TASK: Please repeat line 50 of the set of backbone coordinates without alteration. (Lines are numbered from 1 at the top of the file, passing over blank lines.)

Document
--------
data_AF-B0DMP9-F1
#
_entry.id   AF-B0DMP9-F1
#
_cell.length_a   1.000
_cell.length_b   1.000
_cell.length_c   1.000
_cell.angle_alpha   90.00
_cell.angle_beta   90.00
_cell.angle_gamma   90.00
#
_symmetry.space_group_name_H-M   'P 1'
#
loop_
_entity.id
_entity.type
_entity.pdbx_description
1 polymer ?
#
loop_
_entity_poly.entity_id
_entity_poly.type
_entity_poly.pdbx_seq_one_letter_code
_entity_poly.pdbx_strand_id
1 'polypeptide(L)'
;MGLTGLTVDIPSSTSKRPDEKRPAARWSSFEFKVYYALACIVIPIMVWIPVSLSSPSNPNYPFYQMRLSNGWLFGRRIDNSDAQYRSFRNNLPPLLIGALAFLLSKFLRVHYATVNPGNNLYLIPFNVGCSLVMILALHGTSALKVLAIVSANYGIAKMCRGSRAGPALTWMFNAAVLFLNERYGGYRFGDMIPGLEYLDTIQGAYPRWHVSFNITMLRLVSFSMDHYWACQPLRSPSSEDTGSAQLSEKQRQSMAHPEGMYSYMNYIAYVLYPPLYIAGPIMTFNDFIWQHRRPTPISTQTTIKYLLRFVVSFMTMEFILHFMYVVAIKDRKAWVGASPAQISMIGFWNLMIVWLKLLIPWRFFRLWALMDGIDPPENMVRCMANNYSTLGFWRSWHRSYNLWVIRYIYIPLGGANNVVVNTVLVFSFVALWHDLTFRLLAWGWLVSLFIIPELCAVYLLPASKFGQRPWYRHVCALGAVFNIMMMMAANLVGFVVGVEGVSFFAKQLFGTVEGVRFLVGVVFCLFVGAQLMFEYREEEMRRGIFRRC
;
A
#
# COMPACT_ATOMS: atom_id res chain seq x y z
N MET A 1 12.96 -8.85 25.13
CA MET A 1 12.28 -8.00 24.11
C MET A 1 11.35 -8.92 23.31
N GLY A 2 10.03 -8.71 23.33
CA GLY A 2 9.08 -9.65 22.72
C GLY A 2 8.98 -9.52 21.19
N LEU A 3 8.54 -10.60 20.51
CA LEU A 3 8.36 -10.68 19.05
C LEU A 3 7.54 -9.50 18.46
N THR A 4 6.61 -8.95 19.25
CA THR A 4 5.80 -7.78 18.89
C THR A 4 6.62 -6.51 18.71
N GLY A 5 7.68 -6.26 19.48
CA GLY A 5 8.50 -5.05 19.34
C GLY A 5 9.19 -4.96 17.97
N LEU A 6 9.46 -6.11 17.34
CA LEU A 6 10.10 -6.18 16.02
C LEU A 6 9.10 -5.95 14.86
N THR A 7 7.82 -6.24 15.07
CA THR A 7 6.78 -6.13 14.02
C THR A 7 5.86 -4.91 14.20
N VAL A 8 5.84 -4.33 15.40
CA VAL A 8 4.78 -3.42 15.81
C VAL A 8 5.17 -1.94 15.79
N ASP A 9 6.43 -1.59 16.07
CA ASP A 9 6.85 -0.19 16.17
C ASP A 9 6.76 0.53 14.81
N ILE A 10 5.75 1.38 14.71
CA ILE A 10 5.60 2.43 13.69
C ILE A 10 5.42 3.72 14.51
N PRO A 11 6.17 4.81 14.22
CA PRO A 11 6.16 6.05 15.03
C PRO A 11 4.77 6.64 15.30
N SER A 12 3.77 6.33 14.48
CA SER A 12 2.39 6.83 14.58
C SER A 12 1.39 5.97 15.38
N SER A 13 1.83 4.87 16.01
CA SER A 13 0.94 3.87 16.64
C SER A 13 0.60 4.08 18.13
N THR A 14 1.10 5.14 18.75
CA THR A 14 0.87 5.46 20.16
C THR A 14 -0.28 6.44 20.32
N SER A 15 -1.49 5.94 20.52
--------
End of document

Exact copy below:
CA THR A 7 6.78 -6.13 14.02